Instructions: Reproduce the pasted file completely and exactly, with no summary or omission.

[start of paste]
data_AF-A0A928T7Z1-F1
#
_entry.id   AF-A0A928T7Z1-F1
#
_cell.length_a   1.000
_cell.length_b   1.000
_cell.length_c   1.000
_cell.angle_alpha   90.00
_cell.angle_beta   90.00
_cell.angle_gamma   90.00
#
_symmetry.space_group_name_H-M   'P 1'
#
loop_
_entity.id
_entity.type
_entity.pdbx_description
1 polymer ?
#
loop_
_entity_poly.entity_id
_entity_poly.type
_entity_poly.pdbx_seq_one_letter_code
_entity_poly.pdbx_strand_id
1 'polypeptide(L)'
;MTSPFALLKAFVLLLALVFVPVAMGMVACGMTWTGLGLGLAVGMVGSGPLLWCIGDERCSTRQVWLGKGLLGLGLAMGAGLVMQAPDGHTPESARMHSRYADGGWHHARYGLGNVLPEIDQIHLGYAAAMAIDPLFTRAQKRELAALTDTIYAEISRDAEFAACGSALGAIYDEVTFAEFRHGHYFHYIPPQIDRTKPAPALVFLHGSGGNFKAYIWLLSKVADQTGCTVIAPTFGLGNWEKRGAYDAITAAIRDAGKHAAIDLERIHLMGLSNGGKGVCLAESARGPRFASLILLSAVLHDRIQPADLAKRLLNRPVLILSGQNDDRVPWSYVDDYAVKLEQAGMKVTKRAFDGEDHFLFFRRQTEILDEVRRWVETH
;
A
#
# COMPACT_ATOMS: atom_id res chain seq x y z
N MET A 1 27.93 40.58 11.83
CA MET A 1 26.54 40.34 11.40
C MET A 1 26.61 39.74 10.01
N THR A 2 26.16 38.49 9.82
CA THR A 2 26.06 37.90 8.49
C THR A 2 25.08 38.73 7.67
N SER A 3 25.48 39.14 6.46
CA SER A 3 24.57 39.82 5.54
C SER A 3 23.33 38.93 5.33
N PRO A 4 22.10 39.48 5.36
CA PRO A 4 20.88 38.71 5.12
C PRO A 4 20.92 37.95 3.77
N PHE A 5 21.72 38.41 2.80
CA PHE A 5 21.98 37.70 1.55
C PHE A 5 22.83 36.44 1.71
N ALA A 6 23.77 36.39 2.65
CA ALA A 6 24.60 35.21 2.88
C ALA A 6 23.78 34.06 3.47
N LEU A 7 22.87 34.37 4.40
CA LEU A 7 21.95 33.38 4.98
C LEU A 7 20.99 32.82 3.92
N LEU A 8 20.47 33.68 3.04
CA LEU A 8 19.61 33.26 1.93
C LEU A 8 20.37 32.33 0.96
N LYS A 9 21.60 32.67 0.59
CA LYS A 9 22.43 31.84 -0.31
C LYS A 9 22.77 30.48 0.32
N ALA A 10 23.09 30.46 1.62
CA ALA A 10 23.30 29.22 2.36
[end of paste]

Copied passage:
data_AF-A0A928T7Z1-F1
#
_entry.id   AF-A0A928T7Z1-F1
#
_cell.length_a   1.000
_cell.length_b   1.000
_cell.length_c   1.000
_cell.angle_alpha   90.00
_cell.angle_beta   90.00
_cell.angle_gamma   90.00
#
_symmetry.space_group_name_H-M   'P 1'
#
loop_
_entity.id
_entity.type
_entity.pdbx_description
1 polymer ?
#
loop_
_entity_poly.entity_id
_entity_poly.type
_entity_poly.pdbx_seq_one_letter_code
_entity_poly.pdbx_strand_id
1 'polypeptide(L)'
;MTSPFALLKAFVLLLALVFVPVAMGMVACGMTWTGLGLGLAVGMVGSGPLLWCIGDERCSTRQVWLGKGLLGLGLAMGAGLVMQAPDGHTPESARMHSRYADGGWHHARYGLGNVLPEIDQIHLGYAAAMAIDPLFTRAQKRELAALTDTIYAEISRDAEFAACGSALGAIYDEVTFAEFRHGHYFHYIPPQIDRTKPAPALVFLHGSGGNFKAYIWLLSKVADQTGCTVIAPTFGLGNWEKRGAYDAITAAIRDAGKHAAIDLERIHLMGLSNGGKGVCLAESARGPRFASLILLSAVLHDRIQPADLAKRLLNRPVLILSGQNDDRVPWSYVDDYAVKLEQAGMKVTKRAFDGEDHFLFFRRQTEILDEVRRWVETH
;
A
#
# COMPACT_ATOMS: atom_id res chain seq x y z
N MET A 1 27.93 40.58 11.83
CA MET A 1 26.54 40.34 11.40
C MET A 1 26.61 39.74 10.01
N THR A 2 26.16 38.49 9.82
CA THR A 2 26.06 37.90 8.49
C THR A 2 25.08 38.73 7.67
N SER A 3 25.48 39.14 6.46
CA SER A 3 24.57 39.82 5.54
C SER A 3 23.33 38.93 5.33
N PRO A 4 22.10 39.48 5.36
CA PRO A 4 20.88 38.71 5.12
C PRO A 4 20.92 37.95 3.77
N PHE A 5 21.72 38.41 2.80
CA PHE A 5 21.98 37.70 1.55
C PHE A 5 22.83 36.44 1.71
N ALA A 6 23.77 36.39 2.65
CA ALA A 6 24.60 35.21 2.88
C ALA A 6 23.78 34.06 3.47
N LEU A 7 22.87 34.37 4.40
CA LEU A 7 21.95 33.38 4.98
C LEU A 7 20.99 32.82 3.92
N LEU A 8 20.47 33.68 3.04
CA LEU A 8 19.61 33.26 1.93
C LEU A 8 20.37 32.33 0.96
N LYS A 9 21.60 32.67 0.59
CA LYS A 9 22.43 31.84 -0.31
C LYS A 9 22.77 30.48 0.32
N ALA A 10 23.09 30.46 1.62
CA ALA A 10 23.30 29.22 2.36